On Wednesday, January 23, 1996 the following tests were performed at the offices of “Origin & Cause” in Ancaster, Ontario.
To try and determine the ability of a dog trained in the detection of ignitable liquids in term of the sensitivity for searching out various dilution’s of an ignitable liquid.
To compare the above sensitivity of the dog to the sensitivity of analyses currently conducted by Passive Fiber sampling and GC/MS at Actlabs Organics.
- the office flooring was carpeted. The carpet was greater than 1 year in age and well maintained,
- the office consisted of a large central carpeted area and several adjoining offices carpeted with the same material,
- aside from the handler up to eight other people were present,
- tests were conducted by directly pipeting the water based test solutions onto the carpet,
- testing was done between 10:45 and 11:45 am,
- testing was done singly i.e., each test was spotted and then the dog allowed to search the area approximately one minute later, then the next test was spotted. There was about 5 minutes between tests,
- testing started with the most concentrated sample and proceeded to more dilute concentrations,
- concentrations were within an error of ~5%,
- the water used for dilution’s was 18 megaohm Ultrapure Deionized water,
- non-weathered gasoline and non-weathered low-odour kerosene was used,
- all searches were conducted by “Smoke”, a German Shepherd,
- all solutions were kept in a separate office behind a closed door during searches.
A. 1 Part Gasoline : 1,000 parts water (1 : 1,000)
B. 1 : 10,000
C. 1 : 100,000
D. 1 : 1,000,000 (1 part per million or 1 ppm)
E. 1 Part Low-Odour Kerosene : 5,000 parts water (1 : 5,000)
F. 1 : 50 (Gasoline)
G. Odourless Lamp Oil (No dilution)
Using a fresh glass pipette for each test, the first spot used 3 drops of solution “F (1) “. This first test did not result in a response from the dog. This area was heavily traveled and was between the boardroom, washroom and near the front entrance which may have been detrimental to the search. It was also discovered that a person in the room had come in contact with gasoline, with their shoes, that morning and had definitely contaminated an area within 5 feet of F(1). It was also felt that 3 drops directly on top of each other might be too small in terms of surface cross-section and/or too small a liquid content to be a realistic test. All subsequent tests used ten drops of the solution spread over a circular area approximately the size of a quarter. The initial solution was re-spotted in a new location using 10 drops at “F(2)”. As an example using this method for solution “B”, ten drops of 1:10,000 was used. Each spot was prepared by one person for consistency.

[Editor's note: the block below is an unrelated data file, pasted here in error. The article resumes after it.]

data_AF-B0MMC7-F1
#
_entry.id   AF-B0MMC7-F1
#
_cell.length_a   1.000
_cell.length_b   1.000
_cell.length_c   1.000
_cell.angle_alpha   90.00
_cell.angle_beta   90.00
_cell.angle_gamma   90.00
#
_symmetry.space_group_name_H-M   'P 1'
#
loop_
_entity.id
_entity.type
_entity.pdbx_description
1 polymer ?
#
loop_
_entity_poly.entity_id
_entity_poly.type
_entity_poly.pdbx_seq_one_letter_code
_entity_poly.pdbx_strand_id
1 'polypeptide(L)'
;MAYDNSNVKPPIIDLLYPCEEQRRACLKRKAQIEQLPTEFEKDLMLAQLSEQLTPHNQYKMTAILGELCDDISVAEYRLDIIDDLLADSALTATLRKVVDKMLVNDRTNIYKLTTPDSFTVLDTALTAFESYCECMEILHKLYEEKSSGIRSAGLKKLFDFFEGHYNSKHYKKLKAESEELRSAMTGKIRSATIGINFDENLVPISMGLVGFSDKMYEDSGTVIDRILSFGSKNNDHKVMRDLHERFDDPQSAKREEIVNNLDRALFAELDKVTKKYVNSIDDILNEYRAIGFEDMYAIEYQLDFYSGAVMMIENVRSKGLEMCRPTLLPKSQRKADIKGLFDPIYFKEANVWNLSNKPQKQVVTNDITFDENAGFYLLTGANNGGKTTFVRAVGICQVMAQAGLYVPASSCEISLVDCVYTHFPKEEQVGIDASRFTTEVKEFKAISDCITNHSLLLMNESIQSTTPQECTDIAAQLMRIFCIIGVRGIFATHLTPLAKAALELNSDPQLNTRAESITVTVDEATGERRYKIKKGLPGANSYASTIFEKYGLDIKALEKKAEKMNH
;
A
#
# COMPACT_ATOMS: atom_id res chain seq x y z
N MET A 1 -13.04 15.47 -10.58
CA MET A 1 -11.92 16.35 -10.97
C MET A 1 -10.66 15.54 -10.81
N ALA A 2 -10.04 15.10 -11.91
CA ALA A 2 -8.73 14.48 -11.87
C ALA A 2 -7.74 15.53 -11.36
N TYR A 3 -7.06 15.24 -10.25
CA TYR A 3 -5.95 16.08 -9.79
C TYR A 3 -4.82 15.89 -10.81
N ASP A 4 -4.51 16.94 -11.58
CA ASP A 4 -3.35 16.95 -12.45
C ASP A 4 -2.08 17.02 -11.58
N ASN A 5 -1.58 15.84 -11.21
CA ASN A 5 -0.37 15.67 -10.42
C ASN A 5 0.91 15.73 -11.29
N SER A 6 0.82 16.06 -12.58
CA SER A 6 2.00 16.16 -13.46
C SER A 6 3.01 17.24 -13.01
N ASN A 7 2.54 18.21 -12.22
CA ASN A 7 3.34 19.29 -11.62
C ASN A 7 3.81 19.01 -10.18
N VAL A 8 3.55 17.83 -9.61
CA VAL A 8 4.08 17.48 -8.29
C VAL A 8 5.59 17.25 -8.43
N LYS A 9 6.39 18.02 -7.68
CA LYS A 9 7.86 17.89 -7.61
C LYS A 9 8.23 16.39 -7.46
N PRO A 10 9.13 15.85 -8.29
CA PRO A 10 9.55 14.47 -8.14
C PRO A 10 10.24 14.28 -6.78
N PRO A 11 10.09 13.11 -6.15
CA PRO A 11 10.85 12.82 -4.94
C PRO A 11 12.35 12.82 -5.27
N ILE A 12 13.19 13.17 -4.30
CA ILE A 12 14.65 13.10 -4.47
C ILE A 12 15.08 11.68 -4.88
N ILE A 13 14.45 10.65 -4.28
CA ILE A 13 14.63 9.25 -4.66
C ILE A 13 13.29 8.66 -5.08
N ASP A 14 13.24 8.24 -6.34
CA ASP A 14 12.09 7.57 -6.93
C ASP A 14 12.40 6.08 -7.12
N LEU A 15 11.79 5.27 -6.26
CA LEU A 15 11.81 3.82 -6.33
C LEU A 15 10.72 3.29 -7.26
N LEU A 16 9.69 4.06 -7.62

The dog could detect a concentration between 1:100,000 and 1:1,000,000 of gasoline. Currently Actlabs Organics can detect gasoline at 1:100,000 at approximately five times above the method blank or background.
It is logical that the sensitivity of the dog will vary with different ignitable liquids. In support of this there appeared to be a more immediate detection of 1:5,000 of Kerosene than the 1:1,000 of Gasoline. It is also probably true that different dogs will have different limits of sensitivity.
The comparison of the sensitivity of this dog with the current laboratory analysis is very good and is within a factor of ten. Using these findings, and perhaps an additional experiment with the dog(s), the analysis by Actlabs Organics will be further tuned to try and achieve the same sensitivity as these highly trained dogs and thus be an even better confirmatory test.